Configuring the sitemap

Open nuxt.config.js and add the following configurations:

const createSitemapRoutes = async () => {
  let routes = []
  const { $content } = require('@nuxt/content')
  let posts = await $content().fetch()
  for (const post of posts) {
    routes.push(post.slug)
  }
  return routes
}

export default {
  //...

  sitemap: {
    hostname: process.env.BASE_URL,
    gzip: true,
    routes: createSitemapRoutes,
  },

  //...
}

Again, we use $content to access the generated routes for each one of our blog posts and we add them to the sitemap routes list. For further customization you can reference the library's documentation.

The sitemap by default is going to be available at base_url/sitemap.xml

nuxt-sitemap

The website's sitemap

Creating the blog post list UI

Let's open the pages/index.vue file and add the following code to add a simple list with all our blog posts:

<template>
  <div>
    <p>
      RSS Feed (
      <a target="_blank" href="/feed.xml">XML</a>
      /
      <a target="_blank" href="/feed.json">JSON</a>
      )
    </p>
    <div id="blog-list">
      <div v-for="post in posts" :key="post.slug">
        <article>
          <h1>
            <a :href="'/' + post.slug"> {{ post.title }} </a>
          </h1>
          <p>{{ post.summary }}</p>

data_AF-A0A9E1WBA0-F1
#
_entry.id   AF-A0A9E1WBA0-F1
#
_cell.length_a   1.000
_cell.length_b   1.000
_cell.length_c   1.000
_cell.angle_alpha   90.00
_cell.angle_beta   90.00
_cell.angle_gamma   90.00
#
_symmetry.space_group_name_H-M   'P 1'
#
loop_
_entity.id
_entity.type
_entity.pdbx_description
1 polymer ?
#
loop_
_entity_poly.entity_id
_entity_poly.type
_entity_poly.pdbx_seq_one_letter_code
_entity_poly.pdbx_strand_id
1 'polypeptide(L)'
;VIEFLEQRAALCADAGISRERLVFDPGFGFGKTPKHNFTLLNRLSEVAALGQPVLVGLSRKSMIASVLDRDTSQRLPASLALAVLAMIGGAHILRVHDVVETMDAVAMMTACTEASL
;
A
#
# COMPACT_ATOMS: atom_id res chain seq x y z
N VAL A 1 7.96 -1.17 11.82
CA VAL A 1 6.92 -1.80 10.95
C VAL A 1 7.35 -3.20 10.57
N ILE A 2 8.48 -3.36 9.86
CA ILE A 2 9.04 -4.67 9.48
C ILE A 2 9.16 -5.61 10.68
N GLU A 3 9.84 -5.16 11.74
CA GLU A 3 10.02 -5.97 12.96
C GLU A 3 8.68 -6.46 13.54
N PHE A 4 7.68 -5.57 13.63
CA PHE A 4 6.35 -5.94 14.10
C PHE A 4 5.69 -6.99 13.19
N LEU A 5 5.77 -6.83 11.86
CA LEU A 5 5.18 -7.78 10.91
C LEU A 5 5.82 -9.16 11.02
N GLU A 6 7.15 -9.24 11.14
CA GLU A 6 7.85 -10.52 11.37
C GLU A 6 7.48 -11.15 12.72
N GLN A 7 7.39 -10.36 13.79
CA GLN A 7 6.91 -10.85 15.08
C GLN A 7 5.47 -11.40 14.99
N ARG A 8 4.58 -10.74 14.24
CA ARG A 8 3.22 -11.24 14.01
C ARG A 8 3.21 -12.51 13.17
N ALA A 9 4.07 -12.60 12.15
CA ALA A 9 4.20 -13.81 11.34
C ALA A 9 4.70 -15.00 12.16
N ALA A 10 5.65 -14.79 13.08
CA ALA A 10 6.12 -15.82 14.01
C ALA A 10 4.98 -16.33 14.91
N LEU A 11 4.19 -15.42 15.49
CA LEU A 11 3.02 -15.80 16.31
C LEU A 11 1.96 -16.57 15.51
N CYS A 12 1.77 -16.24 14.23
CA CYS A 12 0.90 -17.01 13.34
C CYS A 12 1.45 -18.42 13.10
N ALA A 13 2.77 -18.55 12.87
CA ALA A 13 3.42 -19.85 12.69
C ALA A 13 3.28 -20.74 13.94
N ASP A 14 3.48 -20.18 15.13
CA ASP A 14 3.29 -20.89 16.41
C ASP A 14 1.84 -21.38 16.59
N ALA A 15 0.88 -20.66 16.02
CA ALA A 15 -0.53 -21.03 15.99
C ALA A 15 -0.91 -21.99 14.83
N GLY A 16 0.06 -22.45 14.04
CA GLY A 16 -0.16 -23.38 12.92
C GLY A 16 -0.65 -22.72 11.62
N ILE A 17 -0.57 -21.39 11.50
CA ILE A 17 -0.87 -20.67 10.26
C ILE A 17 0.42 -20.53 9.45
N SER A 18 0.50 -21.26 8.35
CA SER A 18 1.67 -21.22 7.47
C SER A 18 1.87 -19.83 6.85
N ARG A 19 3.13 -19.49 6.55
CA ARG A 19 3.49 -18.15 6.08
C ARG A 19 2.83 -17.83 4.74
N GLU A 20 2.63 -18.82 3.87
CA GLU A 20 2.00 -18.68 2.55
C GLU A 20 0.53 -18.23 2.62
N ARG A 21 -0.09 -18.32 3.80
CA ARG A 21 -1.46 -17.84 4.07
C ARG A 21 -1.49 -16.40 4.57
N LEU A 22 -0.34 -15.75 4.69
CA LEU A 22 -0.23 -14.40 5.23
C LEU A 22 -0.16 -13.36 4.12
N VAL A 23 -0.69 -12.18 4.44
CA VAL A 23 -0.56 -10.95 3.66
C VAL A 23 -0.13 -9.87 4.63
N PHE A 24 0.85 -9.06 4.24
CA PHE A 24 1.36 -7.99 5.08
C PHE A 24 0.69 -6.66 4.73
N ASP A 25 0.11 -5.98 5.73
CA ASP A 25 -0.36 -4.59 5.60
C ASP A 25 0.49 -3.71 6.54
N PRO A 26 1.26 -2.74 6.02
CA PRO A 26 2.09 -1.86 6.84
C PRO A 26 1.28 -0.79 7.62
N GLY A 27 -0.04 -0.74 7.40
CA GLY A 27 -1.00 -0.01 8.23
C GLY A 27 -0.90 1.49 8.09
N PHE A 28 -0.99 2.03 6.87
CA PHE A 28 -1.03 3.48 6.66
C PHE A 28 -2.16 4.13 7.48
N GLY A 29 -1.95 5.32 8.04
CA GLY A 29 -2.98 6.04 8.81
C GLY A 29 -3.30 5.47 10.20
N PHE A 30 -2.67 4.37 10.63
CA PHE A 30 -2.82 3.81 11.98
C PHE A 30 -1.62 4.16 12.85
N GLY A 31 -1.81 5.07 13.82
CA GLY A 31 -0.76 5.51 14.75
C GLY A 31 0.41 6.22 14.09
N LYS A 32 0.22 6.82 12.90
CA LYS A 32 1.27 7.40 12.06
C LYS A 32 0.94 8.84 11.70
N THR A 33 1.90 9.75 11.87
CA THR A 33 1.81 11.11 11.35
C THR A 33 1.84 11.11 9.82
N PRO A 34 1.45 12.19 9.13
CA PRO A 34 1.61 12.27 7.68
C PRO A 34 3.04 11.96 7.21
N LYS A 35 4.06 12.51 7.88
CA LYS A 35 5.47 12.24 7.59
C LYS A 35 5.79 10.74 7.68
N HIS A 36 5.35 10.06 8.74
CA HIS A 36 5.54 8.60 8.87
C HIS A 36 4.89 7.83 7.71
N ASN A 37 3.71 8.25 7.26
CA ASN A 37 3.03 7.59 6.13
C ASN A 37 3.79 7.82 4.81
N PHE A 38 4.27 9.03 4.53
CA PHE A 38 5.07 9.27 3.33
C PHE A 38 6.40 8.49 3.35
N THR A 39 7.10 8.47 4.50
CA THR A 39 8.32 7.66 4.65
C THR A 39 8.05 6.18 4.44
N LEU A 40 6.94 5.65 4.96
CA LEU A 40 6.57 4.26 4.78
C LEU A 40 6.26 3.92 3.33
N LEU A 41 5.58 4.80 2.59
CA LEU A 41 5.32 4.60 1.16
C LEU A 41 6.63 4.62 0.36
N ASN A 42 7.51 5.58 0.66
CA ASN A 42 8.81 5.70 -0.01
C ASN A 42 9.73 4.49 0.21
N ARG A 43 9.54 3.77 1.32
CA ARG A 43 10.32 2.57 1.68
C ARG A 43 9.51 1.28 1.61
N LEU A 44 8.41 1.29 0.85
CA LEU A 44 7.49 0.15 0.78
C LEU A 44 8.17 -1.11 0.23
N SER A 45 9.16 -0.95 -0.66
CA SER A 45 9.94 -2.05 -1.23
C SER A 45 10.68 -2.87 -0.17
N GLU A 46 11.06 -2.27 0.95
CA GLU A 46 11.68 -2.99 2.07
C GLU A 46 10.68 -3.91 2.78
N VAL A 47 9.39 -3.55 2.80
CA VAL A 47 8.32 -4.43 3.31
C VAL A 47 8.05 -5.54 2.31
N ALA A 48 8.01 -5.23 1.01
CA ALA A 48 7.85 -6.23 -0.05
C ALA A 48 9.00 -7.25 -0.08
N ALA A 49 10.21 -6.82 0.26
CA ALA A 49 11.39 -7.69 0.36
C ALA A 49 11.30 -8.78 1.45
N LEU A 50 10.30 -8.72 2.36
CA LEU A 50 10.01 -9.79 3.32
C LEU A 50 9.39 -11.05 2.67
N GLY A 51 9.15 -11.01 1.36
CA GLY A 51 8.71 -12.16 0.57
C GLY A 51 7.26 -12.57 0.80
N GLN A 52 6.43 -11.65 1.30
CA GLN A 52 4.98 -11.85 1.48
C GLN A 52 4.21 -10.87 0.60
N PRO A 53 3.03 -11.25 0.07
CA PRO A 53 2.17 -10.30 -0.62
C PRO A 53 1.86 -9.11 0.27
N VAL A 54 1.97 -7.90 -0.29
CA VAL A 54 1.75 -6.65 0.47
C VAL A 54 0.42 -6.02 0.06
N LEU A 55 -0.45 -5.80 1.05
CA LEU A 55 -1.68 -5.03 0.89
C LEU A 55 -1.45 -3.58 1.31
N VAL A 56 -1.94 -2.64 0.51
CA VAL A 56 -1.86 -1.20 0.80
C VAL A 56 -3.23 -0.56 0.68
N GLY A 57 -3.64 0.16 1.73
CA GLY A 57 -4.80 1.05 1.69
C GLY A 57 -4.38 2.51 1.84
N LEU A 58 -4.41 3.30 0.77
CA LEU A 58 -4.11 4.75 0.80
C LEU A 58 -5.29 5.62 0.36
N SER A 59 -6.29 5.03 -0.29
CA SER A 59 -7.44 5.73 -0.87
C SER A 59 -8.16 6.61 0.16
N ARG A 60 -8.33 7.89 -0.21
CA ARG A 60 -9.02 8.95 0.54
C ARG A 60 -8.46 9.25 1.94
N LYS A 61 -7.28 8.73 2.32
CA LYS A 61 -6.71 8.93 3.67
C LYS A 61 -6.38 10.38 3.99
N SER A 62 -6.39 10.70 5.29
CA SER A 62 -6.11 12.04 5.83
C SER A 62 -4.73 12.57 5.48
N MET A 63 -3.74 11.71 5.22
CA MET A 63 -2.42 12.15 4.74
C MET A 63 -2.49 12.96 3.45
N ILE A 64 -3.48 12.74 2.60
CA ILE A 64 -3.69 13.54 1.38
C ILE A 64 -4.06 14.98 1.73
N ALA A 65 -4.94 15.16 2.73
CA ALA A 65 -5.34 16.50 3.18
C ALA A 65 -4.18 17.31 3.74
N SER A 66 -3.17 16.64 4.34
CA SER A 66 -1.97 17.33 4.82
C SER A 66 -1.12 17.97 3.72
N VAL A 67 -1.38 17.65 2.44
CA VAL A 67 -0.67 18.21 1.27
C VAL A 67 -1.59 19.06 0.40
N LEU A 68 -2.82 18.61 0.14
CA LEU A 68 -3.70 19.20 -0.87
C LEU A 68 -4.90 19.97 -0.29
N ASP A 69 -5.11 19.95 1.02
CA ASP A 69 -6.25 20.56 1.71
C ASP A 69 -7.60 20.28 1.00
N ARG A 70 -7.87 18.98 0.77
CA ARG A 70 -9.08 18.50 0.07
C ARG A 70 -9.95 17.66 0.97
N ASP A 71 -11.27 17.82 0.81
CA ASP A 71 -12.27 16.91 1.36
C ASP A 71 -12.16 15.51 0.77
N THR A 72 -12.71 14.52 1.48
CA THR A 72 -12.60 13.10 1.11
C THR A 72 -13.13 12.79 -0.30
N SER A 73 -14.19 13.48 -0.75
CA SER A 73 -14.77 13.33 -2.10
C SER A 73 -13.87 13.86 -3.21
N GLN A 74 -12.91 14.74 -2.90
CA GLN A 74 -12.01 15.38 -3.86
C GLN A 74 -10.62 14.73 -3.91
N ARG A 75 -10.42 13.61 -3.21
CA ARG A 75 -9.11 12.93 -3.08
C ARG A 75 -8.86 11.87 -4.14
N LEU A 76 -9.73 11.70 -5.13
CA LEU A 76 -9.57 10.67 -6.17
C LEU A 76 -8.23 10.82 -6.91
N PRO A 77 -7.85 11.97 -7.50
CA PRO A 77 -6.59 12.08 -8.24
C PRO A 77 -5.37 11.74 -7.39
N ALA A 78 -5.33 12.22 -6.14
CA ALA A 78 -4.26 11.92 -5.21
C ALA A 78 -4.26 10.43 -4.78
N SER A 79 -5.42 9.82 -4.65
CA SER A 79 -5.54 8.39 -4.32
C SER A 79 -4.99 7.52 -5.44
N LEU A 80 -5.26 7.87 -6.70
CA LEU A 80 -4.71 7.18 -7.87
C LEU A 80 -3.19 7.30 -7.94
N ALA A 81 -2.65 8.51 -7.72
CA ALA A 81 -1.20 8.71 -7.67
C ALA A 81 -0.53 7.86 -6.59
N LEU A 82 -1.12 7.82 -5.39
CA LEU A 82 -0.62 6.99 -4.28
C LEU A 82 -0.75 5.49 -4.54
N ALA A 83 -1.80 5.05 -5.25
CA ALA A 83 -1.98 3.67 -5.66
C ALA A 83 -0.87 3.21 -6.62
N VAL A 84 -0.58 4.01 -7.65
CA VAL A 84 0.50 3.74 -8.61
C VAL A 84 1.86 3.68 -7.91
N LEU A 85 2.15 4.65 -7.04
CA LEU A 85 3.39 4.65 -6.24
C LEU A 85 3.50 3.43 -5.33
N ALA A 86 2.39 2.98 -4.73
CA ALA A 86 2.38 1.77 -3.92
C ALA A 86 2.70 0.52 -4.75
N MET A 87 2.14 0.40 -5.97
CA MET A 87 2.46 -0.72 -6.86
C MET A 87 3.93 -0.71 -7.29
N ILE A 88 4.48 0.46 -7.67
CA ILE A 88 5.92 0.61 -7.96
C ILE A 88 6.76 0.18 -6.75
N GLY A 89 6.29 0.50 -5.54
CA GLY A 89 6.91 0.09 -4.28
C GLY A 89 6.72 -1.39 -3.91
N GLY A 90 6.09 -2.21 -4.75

</article>
        <hr />
      </div>
    </div>
  </div>
</template>

<script>
  export default {
    async asyncData({ $content }) {
      const posts = await $content()
        .only(['slug', 'title', 'summary']) // Only fetch the fields that we require to improve performance.
        .sortBy('createdAt', 'desc')
        .sortBy('title')
        .fetch()

      return {
        posts,
      }
    },
  }
</script>

In the asyncData method we can access the $content property and fetch our blog posts. In this case we use the only() method to only return a small number of fields from each post, in this case since we are displaying a list we don't need the whole body of our posts and this way we can improve the performance of our blog index.

slug is going to represent the URL for our blog post, for example, for my-first-post.md the slug is going to be my-first-post.

If we go to localhost:3000 we should see how our list looks, it's very simple but you can add some CSS styling to better reflect your personality.

blog-list

The blog post list

Creating the blog post content UI

Let's create the individual blog post display page. Here we are going to fetch a blog post depending on the URL we are loading (this is why we need the post's slug property) and we will display the post's contents.

We need to create a file named pages/_.vue and add the following code to render the body of our blog post:

<template>
  <div>
    <div id="blog">
      <article>
        <h1>{{ post.title }}</h1>
        <nuxt-content :document="post" />
      </article>
    </div>
    <p>
      Follow me on
      <a target="_blank" href="https://twitter.com/DavidServn">Twitter</a> to be
      notified about new posts or through RSS (